Retiring from the military can be considered a milestone achievement for veterans and their family members. For many, twenty years of service to their country is a great sacrifice because of the time spent away from family members and, in many cases, risking life and limb for the defense of the nation. As such, planning a retirement ceremony should consider traditional honors for military members and their families.
How to Plan a Military Retirement Ceremony
Gather the military member’s record of service to find what awards and decorations were given to him. These can come straight from the member or, with special permission from the commander, the unit's administrative staff. The presentation of these decorations is often a centerpiece of the retirement ceremony, so this should be the first priority. Take this list to the local base’s military clothing store. Most customer service workers can identify the corresponding medals and help you arrange them in the proper display order.
Take the medals and ribbons to the base arts and crafts store (or one near the base) and ask to have a shadow box designed for proper display. Ensure that it will be completed before the retirement ceremony date.
Pick a suitable venue for the retirement ceremony. Military members attending and performing are typically in service dress, and special civilian guests are often in their best clothes to witness the ceremony. Therefore, choose a venue that is clean and quiet.
Contact the member’s supervisors and commander to get a copy of the retirement orders and any special letters. Most retirement ceremonies involve a reading of the orders and a presentation of a thank-you letter signed by the president of the United States. Ensure these letters are ready.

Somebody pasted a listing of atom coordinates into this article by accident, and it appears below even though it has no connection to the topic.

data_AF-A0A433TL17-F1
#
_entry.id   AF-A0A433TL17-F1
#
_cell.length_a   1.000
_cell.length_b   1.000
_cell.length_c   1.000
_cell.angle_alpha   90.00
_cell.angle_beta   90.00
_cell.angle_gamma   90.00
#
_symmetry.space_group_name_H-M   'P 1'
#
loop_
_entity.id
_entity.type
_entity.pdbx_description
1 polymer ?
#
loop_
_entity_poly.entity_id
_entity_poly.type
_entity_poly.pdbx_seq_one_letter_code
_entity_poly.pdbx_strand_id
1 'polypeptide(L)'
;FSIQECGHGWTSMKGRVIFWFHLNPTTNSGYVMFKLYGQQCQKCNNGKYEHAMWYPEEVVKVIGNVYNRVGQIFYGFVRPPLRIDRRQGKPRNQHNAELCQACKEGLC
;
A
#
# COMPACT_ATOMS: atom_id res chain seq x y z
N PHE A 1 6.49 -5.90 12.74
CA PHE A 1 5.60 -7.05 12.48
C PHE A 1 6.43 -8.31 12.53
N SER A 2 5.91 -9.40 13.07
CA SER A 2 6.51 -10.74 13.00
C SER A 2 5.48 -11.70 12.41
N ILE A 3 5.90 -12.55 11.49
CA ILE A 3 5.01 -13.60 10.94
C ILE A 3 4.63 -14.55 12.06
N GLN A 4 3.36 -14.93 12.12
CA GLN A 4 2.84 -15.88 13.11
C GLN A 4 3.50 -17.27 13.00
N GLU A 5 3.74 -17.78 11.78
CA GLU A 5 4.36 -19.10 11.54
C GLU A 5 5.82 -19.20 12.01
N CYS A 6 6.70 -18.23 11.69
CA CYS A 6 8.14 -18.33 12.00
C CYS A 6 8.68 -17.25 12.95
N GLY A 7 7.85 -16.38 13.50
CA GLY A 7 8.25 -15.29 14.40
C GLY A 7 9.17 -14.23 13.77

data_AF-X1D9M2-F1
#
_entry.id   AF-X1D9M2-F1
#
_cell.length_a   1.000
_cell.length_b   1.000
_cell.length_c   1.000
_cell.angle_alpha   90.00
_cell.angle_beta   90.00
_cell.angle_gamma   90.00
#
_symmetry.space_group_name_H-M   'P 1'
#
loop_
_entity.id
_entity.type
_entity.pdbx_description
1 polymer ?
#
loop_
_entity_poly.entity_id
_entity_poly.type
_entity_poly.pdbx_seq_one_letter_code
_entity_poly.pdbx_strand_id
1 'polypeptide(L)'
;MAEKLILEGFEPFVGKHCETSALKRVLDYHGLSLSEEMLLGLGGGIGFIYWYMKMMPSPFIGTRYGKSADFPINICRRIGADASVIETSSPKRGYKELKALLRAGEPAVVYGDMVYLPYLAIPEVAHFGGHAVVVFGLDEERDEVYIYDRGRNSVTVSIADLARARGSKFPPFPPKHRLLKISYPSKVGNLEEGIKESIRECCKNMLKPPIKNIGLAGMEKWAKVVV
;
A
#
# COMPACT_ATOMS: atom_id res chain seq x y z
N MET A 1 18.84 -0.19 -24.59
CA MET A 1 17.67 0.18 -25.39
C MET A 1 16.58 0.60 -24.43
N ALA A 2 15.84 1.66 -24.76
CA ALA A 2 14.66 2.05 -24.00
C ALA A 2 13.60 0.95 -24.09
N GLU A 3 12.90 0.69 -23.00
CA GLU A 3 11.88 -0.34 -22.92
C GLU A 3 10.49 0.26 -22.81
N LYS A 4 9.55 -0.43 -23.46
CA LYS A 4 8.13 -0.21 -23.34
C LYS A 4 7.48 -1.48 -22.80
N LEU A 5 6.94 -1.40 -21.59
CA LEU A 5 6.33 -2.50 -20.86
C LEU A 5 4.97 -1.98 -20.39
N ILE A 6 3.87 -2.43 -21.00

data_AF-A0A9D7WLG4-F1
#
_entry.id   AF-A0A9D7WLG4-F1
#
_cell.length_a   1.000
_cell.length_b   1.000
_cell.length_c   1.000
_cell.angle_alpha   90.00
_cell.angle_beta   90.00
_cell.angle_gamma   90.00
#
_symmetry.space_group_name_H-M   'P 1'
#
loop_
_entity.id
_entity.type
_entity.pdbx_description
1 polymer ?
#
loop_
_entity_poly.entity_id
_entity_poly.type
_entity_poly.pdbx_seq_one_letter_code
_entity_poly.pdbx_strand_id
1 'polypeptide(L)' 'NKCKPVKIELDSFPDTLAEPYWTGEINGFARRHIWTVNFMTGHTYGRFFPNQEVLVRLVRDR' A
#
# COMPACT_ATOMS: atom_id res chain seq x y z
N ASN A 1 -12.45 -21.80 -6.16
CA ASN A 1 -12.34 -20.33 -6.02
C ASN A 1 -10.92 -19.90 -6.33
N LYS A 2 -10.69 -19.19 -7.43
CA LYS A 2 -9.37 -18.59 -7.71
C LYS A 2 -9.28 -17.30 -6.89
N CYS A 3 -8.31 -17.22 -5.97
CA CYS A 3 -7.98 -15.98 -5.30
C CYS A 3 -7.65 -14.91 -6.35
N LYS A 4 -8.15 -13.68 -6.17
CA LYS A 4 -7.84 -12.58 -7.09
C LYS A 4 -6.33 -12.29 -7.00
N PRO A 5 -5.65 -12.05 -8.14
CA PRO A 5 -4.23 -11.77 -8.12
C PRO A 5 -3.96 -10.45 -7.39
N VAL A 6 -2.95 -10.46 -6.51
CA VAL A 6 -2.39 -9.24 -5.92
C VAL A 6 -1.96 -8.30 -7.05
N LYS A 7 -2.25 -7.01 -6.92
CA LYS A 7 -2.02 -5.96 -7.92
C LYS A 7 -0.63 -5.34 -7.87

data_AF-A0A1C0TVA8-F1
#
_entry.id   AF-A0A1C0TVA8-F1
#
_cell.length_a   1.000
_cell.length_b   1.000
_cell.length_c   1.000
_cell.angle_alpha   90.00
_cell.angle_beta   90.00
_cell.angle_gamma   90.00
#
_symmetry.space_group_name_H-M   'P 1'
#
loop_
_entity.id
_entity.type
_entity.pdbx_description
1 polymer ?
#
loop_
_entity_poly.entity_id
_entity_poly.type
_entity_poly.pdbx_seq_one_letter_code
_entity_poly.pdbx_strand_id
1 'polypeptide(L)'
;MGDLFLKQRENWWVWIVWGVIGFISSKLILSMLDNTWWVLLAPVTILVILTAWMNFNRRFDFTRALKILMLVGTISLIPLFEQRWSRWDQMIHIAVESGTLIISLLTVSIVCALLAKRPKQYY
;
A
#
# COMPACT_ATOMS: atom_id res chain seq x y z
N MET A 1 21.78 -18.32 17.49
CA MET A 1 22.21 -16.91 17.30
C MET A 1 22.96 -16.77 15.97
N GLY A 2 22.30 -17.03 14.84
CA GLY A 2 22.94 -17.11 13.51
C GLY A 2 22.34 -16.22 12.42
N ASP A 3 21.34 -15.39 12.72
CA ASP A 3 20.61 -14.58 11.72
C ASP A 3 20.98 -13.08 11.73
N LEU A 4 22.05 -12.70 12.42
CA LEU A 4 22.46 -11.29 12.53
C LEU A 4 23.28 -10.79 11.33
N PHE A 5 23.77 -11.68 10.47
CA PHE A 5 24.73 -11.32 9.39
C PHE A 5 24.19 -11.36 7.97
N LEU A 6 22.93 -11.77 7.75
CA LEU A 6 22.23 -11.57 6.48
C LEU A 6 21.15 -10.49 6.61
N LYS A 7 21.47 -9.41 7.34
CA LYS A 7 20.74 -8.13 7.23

Check with the Protocol Office to get a copy of the normal order of events during a retirement ceremony. You will have to design a script for an emcee based on this order. Most ceremonies begin with the honor guard presenting the American and Air Force flags, then the national anthem and the convocation. From there, various branches of service have different protocol as to when the presentation of the shadow box, the publishing of the orders, and other formalities are completed.
Make sure that all invited guests are given clear directions and times to the retirement location. Some guests are escorted to their seats first or given special roles in the ceremony, so these details are pertinent.
Ensure that the appetizers and drinks are on order and will be enough for the expected number of attendees.
Do a final check on all gifts, medals, and orders one day prior to the ceremony. Consider placing them in a special box in a secure location such as the commander’s office, especially if the ceremony is on base. Bring a tape of the National Anthem just in case the singer does not show up or is sick.
Update the script for any changes at no later than 30 minutes prior to the ceremony. Anticipate that changes will occur.